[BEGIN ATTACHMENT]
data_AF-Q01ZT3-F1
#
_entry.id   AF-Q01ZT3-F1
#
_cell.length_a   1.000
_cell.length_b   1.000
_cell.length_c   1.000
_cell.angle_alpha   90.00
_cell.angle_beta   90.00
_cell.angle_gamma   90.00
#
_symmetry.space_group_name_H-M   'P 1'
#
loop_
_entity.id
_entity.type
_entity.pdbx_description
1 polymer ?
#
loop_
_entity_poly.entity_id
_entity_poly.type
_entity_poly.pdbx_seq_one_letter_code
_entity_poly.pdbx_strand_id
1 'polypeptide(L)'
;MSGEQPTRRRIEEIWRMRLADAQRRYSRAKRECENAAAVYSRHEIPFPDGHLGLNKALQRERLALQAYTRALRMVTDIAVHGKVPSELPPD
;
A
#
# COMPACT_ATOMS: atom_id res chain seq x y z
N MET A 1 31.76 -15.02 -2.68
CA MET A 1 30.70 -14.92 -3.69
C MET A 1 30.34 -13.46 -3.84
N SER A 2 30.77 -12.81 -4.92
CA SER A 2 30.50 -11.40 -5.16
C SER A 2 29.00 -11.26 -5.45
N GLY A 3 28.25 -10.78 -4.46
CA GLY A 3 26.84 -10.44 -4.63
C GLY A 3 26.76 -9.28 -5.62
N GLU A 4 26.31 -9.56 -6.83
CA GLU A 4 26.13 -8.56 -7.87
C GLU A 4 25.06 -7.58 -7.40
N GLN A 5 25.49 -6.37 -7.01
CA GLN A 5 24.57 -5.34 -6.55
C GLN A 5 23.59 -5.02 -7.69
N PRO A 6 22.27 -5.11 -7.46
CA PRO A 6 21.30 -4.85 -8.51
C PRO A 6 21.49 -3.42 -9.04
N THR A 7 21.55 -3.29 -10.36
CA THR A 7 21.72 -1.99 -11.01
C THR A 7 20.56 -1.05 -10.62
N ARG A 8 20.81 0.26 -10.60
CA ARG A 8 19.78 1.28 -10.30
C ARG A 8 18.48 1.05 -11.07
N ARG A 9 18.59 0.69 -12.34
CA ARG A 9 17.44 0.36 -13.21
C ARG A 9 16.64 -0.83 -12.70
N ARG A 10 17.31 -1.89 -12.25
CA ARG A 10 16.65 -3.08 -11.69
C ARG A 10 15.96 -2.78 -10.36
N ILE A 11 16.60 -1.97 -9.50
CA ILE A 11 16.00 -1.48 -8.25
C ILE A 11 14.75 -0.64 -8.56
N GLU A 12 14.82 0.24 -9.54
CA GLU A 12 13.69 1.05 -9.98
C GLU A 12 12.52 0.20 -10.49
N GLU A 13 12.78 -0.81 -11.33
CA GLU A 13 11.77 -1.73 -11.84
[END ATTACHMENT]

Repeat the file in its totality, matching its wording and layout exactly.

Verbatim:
data_AF-Q01ZT3-F1
#
_entry.id   AF-Q01ZT3-F1
#
_cell.length_a   1.000
_cell.length_b   1.000
_cell.length_c   1.000
_cell.angle_alpha   90.00
_cell.angle_beta   90.00
_cell.angle_gamma   90.00
#
_symmetry.space_group_name_H-M   'P 1'
#
loop_
_entity.id
_entity.type
_entity.pdbx_description
1 polymer ?
#
loop_
_entity_poly.entity_id
_entity_poly.type
_entity_poly.pdbx_seq_one_letter_code
_entity_poly.pdbx_strand_id
1 'polypeptide(L)'
;MSGEQPTRRRIEEIWRMRLADAQRRYSRAKRECENAAAVYSRHEIPFPDGHLGLNKALQRERLALQAYTRALRMVTDIAVHGKVPSELPPD
;
A
#
# COMPACT_ATOMS: atom_id res chain seq x y z
N MET A 1 31.76 -15.02 -2.68
CA MET A 1 30.70 -14.92 -3.69
C MET A 1 30.34 -13.46 -3.84
N SER A 2 30.77 -12.81 -4.92
CA SER A 2 30.50 -11.40 -5.16
C SER A 2 29.00 -11.26 -5.45
N GLY A 3 28.25 -10.78 -4.46
CA GLY A 3 26.84 -10.44 -4.63
C GLY A 3 26.76 -9.28 -5.62
N GLU A 4 26.31 -9.56 -6.83
CA GLU A 4 26.13 -8.56 -7.87
C GLU A 4 25.06 -7.58 -7.40
N GLN A 5 25.49 -6.37 -7.01
CA GLN A 5 24.57 -5.34 -6.55
C GLN A 5 23.59 -5.02 -7.69
N PRO A 6 22.27 -5.11 -7.46
CA PRO A 6 21.30 -4.85 -8.51
C PRO A 6 21.49 -3.42 -9.04
N THR A 7 21.55 -3.29 -10.36
CA THR A 7 21.72 -1.99 -11.01
C THR A 7 20.56 -1.05 -10.62
N ARG A 8 20.81 0.26 -10.60
CA ARG A 8 19.78 1.28 -10.30
C ARG A 8 18.48 1.05 -11.07
N ARG A 9 18.59 0.69 -12.34
CA ARG A 9 17.44 0.36 -13.21
C ARG A 9 16.64 -0.83 -12.70
N ARG A 10 17.31 -1.89 -12.25
CA ARG A 10 16.65 -3.08 -11.69
C ARG A 10 15.96 -2.78 -10.36
N ILE A 11 16.60 -1.97 -9.50
CA ILE A 11 16.00 -1.48 -8.25
C ILE A 11 14.75 -0.64 -8.56
N GLU A 12 14.82 0.24 -9.54
CA GLU A 12 13.69 1.05 -9.98
C GLU A 12 12.52 0.20 -10.49
N GLU A 13 12.78 -0.81 -11.33
CA GLU A 13 11.77 -1.73 -11.84